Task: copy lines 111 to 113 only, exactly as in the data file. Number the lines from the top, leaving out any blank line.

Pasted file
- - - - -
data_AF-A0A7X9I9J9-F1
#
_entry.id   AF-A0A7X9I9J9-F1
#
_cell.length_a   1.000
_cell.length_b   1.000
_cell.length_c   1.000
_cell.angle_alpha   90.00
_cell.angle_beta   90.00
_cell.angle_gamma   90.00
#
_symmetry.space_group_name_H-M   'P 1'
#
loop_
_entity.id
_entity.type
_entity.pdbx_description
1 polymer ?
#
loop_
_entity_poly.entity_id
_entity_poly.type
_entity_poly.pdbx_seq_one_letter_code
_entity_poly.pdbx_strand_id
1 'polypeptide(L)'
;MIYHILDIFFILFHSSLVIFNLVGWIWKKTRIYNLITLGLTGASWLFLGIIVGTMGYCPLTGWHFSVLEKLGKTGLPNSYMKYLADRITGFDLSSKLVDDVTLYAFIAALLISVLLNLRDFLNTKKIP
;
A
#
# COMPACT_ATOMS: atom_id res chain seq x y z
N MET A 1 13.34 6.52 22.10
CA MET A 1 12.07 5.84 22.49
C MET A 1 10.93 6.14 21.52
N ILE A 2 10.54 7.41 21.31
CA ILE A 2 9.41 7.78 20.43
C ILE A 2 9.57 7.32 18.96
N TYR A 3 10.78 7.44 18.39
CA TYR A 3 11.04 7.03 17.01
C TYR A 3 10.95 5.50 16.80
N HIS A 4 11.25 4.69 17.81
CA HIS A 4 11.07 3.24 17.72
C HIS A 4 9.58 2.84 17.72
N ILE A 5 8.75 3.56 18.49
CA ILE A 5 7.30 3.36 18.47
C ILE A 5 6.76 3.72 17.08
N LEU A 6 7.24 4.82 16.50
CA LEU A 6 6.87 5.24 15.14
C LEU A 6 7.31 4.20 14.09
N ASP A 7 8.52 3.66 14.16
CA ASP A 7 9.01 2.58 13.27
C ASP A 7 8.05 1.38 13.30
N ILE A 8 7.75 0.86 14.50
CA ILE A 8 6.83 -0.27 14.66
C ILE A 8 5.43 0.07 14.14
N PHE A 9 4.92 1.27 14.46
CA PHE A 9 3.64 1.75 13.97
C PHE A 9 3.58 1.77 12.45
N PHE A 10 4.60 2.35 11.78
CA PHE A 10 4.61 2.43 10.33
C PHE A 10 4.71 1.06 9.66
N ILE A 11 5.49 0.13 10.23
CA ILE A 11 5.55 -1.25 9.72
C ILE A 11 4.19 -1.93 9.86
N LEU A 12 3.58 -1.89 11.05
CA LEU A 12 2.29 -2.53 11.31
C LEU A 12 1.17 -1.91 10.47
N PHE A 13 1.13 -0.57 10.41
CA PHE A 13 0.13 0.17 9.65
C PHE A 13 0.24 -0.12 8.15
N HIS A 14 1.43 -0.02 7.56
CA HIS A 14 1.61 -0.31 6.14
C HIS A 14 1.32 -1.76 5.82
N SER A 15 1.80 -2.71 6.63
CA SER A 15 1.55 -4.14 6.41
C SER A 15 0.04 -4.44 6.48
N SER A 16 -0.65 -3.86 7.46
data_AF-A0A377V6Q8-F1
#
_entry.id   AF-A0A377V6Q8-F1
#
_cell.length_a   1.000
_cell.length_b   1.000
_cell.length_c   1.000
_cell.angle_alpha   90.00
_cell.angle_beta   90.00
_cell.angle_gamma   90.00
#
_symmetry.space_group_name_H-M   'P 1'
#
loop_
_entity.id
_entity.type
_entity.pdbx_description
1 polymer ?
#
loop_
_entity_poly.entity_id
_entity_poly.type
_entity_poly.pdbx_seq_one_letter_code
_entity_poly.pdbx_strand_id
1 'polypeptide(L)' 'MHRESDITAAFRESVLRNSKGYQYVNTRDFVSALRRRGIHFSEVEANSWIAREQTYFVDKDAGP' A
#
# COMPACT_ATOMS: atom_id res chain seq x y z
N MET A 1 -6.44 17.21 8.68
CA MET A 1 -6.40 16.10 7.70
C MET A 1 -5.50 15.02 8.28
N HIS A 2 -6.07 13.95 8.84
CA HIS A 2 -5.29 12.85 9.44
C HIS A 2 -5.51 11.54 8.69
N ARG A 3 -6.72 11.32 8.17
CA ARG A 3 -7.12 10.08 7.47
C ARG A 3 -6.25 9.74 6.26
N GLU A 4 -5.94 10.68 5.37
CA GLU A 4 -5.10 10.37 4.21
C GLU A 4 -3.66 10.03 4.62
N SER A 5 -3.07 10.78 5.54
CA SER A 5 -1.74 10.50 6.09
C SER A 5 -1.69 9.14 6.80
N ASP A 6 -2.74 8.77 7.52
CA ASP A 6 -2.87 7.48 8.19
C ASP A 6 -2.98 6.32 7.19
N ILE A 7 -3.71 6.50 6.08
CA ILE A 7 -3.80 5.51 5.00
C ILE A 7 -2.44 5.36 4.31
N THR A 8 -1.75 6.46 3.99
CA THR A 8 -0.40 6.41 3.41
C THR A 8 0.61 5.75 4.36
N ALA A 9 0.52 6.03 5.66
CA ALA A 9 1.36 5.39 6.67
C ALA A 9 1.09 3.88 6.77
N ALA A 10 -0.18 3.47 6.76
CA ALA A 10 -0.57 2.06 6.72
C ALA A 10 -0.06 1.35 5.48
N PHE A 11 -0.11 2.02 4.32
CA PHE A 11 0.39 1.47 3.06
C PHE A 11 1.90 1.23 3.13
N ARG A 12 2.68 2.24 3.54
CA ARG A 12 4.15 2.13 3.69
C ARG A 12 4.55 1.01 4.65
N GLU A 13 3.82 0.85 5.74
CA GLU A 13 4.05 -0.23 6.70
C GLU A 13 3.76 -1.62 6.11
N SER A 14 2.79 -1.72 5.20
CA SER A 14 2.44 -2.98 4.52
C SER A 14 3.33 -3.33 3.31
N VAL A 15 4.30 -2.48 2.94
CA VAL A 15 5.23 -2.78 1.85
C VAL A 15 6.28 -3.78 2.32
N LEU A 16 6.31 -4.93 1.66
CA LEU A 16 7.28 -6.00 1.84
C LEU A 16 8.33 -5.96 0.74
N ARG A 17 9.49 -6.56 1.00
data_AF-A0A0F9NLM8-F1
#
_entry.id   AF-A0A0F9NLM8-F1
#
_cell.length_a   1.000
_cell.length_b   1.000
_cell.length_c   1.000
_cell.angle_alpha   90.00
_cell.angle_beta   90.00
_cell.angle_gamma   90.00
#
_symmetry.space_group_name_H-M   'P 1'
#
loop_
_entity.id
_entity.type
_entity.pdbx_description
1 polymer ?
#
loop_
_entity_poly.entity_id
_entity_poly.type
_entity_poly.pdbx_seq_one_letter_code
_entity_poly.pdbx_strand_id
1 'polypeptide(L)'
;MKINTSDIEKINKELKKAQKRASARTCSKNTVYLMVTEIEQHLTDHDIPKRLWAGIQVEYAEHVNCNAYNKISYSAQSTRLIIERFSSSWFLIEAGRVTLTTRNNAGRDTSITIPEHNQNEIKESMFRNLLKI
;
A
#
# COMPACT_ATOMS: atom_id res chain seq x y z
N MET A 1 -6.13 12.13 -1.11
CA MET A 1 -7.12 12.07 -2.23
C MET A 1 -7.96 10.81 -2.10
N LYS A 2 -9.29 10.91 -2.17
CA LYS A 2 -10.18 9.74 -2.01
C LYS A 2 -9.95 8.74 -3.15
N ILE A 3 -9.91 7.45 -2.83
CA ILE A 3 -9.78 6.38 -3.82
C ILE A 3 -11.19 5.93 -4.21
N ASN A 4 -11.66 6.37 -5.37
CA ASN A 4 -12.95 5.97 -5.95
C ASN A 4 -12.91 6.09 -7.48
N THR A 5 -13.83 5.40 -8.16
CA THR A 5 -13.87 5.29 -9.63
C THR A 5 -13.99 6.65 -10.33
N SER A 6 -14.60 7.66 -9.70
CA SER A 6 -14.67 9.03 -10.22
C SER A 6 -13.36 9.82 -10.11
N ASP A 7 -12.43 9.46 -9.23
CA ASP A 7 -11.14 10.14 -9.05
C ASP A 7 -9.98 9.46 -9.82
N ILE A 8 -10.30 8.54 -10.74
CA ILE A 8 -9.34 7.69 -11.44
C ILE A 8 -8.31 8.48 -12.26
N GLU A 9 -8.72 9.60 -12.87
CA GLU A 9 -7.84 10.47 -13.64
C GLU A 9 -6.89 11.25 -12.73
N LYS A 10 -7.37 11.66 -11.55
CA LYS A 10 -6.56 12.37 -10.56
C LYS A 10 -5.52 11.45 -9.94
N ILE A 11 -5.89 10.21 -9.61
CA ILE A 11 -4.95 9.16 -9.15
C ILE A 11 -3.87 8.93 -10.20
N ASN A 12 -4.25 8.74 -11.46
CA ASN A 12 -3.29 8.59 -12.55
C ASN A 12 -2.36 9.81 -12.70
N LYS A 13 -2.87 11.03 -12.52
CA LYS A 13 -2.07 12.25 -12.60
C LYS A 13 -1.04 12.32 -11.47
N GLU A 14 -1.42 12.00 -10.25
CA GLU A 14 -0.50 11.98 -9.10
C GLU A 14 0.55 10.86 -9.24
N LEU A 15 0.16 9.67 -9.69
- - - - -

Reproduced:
CA ARG A 3 -7.12 10.08 7.47
C ARG A 3 -6.25 9.74 6.26
N GLU A 4 -5.94 10.68 5.37